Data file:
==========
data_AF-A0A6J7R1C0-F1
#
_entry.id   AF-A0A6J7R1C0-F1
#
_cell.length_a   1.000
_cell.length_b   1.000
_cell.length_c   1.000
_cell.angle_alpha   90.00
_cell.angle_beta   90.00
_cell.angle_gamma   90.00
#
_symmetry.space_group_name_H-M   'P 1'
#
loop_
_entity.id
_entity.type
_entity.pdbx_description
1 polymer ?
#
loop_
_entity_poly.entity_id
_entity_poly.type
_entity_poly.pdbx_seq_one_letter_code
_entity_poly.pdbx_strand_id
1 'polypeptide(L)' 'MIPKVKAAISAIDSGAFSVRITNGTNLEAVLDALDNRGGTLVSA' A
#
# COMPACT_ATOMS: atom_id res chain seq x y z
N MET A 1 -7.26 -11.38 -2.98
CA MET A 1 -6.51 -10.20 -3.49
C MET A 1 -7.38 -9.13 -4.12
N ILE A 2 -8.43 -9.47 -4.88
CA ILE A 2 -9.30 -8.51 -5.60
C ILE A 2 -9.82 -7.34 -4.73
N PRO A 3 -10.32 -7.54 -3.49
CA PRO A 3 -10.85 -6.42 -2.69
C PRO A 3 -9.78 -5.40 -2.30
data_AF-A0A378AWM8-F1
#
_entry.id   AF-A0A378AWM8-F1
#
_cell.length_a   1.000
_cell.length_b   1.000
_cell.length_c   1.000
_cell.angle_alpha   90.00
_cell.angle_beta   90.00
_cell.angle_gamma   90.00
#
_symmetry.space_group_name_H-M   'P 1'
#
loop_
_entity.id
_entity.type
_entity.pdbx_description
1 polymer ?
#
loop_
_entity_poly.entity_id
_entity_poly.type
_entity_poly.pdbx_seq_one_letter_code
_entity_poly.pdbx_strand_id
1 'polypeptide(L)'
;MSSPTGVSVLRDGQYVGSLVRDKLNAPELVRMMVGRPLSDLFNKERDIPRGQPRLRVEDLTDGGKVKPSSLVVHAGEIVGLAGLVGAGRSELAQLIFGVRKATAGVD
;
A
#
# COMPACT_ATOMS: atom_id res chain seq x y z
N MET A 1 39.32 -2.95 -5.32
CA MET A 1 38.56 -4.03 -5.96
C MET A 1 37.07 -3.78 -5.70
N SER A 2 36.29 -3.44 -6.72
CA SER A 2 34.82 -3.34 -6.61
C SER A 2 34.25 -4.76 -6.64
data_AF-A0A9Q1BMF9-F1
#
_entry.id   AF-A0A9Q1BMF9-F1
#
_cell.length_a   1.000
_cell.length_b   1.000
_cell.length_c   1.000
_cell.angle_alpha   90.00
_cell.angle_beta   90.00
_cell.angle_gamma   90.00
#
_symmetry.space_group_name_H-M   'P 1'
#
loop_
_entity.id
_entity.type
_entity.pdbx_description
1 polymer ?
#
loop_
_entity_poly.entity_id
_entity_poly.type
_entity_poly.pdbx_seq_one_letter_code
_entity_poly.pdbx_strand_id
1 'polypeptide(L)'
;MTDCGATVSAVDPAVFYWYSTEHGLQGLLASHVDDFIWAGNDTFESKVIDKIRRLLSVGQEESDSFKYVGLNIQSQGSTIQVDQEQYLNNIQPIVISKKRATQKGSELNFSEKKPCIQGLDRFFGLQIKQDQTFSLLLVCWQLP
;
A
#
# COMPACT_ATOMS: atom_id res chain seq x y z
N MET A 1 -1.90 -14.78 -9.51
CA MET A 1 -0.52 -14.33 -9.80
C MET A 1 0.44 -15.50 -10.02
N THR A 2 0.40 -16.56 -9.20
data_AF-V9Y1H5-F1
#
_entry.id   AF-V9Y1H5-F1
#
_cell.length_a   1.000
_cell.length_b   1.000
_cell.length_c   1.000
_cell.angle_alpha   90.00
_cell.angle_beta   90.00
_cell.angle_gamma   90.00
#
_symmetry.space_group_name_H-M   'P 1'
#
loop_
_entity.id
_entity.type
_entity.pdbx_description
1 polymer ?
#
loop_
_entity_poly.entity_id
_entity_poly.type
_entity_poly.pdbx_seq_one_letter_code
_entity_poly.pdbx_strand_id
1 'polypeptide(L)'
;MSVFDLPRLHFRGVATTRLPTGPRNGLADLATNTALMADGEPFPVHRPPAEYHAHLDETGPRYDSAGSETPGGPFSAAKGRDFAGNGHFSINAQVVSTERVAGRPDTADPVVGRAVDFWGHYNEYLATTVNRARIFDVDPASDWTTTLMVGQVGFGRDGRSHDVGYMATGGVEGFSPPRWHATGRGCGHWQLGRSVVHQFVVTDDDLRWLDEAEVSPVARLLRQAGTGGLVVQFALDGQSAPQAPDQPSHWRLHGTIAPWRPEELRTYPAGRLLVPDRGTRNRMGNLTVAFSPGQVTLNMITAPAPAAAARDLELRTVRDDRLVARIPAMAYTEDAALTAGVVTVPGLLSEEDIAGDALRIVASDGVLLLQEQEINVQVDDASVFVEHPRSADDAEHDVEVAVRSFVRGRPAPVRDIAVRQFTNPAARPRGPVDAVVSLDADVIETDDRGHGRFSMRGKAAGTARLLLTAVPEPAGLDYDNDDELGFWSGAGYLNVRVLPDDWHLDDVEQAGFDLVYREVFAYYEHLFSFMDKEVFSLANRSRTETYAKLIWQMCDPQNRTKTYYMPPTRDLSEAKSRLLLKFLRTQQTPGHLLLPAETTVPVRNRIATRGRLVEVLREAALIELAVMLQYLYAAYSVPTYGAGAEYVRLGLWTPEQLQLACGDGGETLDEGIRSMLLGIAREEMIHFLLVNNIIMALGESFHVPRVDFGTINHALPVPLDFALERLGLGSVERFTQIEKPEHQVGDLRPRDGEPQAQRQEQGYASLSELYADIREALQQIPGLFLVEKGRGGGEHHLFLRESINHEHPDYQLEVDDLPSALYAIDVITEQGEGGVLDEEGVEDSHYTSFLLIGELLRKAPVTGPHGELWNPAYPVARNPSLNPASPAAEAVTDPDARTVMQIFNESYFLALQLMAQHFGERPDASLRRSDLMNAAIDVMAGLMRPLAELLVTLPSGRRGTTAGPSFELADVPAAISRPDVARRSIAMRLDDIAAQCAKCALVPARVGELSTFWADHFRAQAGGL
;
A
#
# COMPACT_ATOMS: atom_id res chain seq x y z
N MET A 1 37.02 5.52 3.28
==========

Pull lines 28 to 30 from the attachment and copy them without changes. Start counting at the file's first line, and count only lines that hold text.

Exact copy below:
N MET A 1 -7.26 -11.38 -2.98
CA MET A 1 -6.51 -10.20 -3.49
C MET A 1 -7.38 -9.13 -4.12